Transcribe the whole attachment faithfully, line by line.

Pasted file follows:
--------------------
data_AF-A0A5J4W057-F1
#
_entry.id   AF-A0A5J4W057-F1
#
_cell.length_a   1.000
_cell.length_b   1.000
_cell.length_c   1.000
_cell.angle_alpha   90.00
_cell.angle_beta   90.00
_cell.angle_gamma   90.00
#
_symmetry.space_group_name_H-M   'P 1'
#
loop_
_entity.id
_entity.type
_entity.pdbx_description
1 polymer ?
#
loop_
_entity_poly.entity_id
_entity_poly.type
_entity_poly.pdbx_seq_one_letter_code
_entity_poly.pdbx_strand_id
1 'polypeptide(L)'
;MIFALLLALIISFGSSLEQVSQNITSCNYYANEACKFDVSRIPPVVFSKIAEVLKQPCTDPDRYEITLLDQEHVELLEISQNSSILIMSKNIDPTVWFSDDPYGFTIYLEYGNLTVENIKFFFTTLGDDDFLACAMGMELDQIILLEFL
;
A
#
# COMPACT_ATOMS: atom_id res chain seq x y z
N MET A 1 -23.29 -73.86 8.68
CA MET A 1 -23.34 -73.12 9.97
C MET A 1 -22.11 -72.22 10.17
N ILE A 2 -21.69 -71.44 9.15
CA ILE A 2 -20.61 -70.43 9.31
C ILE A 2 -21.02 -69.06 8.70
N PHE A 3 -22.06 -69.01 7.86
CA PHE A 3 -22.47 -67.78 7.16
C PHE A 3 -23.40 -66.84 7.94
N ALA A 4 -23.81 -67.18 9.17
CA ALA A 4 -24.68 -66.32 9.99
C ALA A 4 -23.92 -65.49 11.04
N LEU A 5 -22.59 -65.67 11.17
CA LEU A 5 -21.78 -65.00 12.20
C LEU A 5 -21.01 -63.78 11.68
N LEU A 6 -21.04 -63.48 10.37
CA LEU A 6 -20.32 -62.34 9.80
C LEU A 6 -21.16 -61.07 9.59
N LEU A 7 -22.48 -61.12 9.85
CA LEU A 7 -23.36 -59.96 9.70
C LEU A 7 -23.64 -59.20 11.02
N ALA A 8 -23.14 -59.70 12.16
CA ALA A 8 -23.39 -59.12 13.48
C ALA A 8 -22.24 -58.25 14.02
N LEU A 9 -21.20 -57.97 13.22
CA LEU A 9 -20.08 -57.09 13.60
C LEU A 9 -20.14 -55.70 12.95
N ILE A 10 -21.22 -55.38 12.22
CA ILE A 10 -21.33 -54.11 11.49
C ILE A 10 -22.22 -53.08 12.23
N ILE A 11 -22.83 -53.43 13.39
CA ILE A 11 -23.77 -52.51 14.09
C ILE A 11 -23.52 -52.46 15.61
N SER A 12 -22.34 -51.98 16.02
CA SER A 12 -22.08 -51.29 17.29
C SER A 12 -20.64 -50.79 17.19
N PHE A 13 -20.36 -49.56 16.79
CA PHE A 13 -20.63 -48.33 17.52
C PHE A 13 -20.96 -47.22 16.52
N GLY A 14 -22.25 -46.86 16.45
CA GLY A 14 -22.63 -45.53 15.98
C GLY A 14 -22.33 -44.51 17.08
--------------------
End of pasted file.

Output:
data_AF-A0A5J4W057-F1
#
_entry.id   AF-A0A5J4W057-F1
#
_cell.length_a   1.000
_cell.length_b   1.000
_cell.length_c   1.000
_cell.angle_alpha   90.00
_cell.angle_beta   90.00
_cell.angle_gamma   90.00
#
_symmetry.space_group_name_H-M   'P 1'
#
loop_
_entity.id
_entity.type
_entity.pdbx_description
1 polymer ?
#
loop_
_entity_poly.entity_id
_entity_poly.type
_entity_poly.pdbx_seq_one_letter_code
_entity_poly.pdbx_strand_id
1 'polypeptide(L)'
;MIFALLLALIISFGSSLEQVSQNITSCNYYANEACKFDVSRIPPVVFSKIAEVLKQPCTDPDRYEITLLDQEHVELLEISQNSSILIMSKNIDPTVWFSDDPYGFTIYLEYGNLTVENIKFFFTTLGDDDFLACAMGMELDQIILLEFL
;
A
#
# COMPACT_ATOMS: atom_id res chain seq x y z
N MET A 1 -23.29 -73.86 8.68
CA MET A 1 -23.34 -73.12 9.97
C MET A 1 -22.11 -72.22 10.17
N ILE A 2 -21.69 -71.44 9.15
CA ILE A 2 -20.61 -70.43 9.31
C ILE A 2 -21.02 -69.06 8.70
N PHE A 3 -22.06 -69.01 7.86
CA PHE A 3 -22.47 -67.78 7.16
C PHE A 3 -23.40 -66.84 7.94
N ALA A 4 -23.81 -67.18 9.17
CA ALA A 4 -24.68 -66.32 9.99
C ALA A 4 -23.92 -65.49 11.04
N LEU A 5 -22.59 -65.67 11.17
CA LEU A 5 -21.78 -65.00 12.20
C LEU A 5 -21.01 -63.78 11.68
N LEU A 6 -21.04 -63.48 10.37
CA LEU A 6 -20.32 -62.34 9.80
C LEU A 6 -21.16 -61.07 9.59
N LEU A 7 -22.48 -61.12 9.85
CA LEU A 7 -23.36 -59.96 9.70
C LEU A 7 -23.64 -59.20 11.02
N ALA A 8 -23.14 -59.70 12.16
CA ALA A 8 -23.39 -59.12 13.48
C ALA A 8 -22.24 -58.25 14.02
N LEU A 9 -21.20 -57.97 13.22
CA LEU A 9 -20.08 -57.09 13.60
C LEU A 9 -20.14 -55.70 12.95
N ILE A 10 -21.22 -55.38 12.22
CA ILE A 10 -21.33 -54.11 11.49
C ILE A 10 -22.22 -53.08 12.23
N ILE A 11 -22.83 -53.43 13.39
CA ILE A 11 -23.77 -52.51 14.09
C ILE A 11 -23.52 -52.46 15.61
N SER A 12 -22.34 -51.98 16.02
CA SER A 12 -22.08 -51.29 17.29
C SER A 12 -20.64 -50.79 17.19
N PHE A 13 -20.36 -49.56 16.79
CA PHE A 13 -20.63 -48.33 17.52
C PHE A 13 -20.96 -47.22 16.52
N GLY A 14 -22.25 -46.86 16.45
CA GLY A 14 -22.63 -45.53 15.98
C GLY A 14 -22.33 -44.51 17.08